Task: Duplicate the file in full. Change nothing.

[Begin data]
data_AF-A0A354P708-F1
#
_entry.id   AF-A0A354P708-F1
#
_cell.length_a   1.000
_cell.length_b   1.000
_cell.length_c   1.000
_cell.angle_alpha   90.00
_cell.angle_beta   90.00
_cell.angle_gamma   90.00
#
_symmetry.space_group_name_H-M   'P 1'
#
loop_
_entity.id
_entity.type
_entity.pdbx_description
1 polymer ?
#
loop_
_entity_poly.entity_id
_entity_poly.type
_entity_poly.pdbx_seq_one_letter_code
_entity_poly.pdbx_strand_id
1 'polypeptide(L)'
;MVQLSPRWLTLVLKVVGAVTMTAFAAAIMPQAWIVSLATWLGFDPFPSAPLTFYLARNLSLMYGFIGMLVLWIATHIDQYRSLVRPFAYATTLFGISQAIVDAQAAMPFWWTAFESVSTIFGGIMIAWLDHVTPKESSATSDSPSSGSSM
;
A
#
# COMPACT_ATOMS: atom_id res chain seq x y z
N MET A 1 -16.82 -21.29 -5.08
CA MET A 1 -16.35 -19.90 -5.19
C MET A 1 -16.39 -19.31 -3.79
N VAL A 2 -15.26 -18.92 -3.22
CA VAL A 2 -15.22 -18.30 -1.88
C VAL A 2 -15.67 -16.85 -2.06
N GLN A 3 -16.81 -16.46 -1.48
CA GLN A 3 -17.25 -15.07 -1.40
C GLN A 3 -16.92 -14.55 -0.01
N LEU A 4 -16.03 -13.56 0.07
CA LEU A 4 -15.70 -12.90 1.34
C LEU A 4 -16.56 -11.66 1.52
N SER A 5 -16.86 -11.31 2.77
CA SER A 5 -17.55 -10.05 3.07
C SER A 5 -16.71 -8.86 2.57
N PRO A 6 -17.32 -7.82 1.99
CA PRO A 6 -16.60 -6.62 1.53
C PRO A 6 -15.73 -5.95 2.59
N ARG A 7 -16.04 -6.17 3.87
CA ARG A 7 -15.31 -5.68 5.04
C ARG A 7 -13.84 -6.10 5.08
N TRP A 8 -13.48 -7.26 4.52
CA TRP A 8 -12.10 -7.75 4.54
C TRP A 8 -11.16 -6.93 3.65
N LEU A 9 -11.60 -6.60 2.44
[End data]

data_AF-A0A354P708-F1
#
_entry.id   AF-A0A354P708-F1
#
_cell.length_a   1.000
_cell.length_b   1.000
_cell.length_c   1.000
_cell.angle_alpha   90.00
_cell.angle_beta   90.00
_cell.angle_gamma   90.00
#
_symmetry.space_group_name_H-M   'P 1'
#
loop_
_entity.id
_entity.type
_entity.pdbx_description
1 polymer ?
#
loop_
_entity_poly.entity_id
_entity_poly.type
_entity_poly.pdbx_seq_one_letter_code
_entity_poly.pdbx_strand_id
1 'polypeptide(L)'
;MVQLSPRWLTLVLKVVGAVTMTAFAAAIMPQAWIVSLATWLGFDPFPSAPLTFYLARNLSLMYGFIGMLVLWIATHIDQYRSLVRPFAYATTLFGISQAIVDAQAAMPFWWTAFESVSTIFGGIMIAWLDHVTPKESSATSDSPSSGSSM
;
A
#
# COMPACT_ATOMS: atom_id res chain seq x y z
N MET A 1 -16.82 -21.29 -5.08
CA MET A 1 -16.35 -19.90 -5.19
C MET A 1 -16.39 -19.31 -3.79
N VAL A 2 -15.26 -18.92 -3.22
CA VAL A 2 -15.22 -18.30 -1.88
C VAL A 2 -15.67 -16.85 -2.06
N GLN A 3 -16.81 -16.46 -1.48
CA GLN A 3 -17.25 -15.07 -1.40
C GLN A 3 -16.92 -14.55 -0.01
N LEU A 4 -16.03 -13.56 0.07
CA LEU A 4 -15.70 -12.90 1.34
C LEU A 4 -16.56 -11.66 1.52
N SER A 5 -16.86 -11.31 2.77
CA SER A 5 -17.55 -10.05 3.07
C SER A 5 -16.71 -8.86 2.57
N PRO A 6 -17.32 -7.82 1.99
CA PRO A 6 -16.60 -6.62 1.53
C PRO A 6 -15.73 -5.95 2.59
N ARG A 7 -16.04 -6.17 3.87
CA ARG A 7 -15.31 -5.68 5.04
C ARG A 7 -13.84 -6.10 5.08
N TRP A 8 -13.48 -7.26 4.52
CA TRP A 8 -12.10 -7.75 4.54
C TRP A 8 -11.16 -6.93 3.65
N LEU A 9 -11.60 -6.60 2.44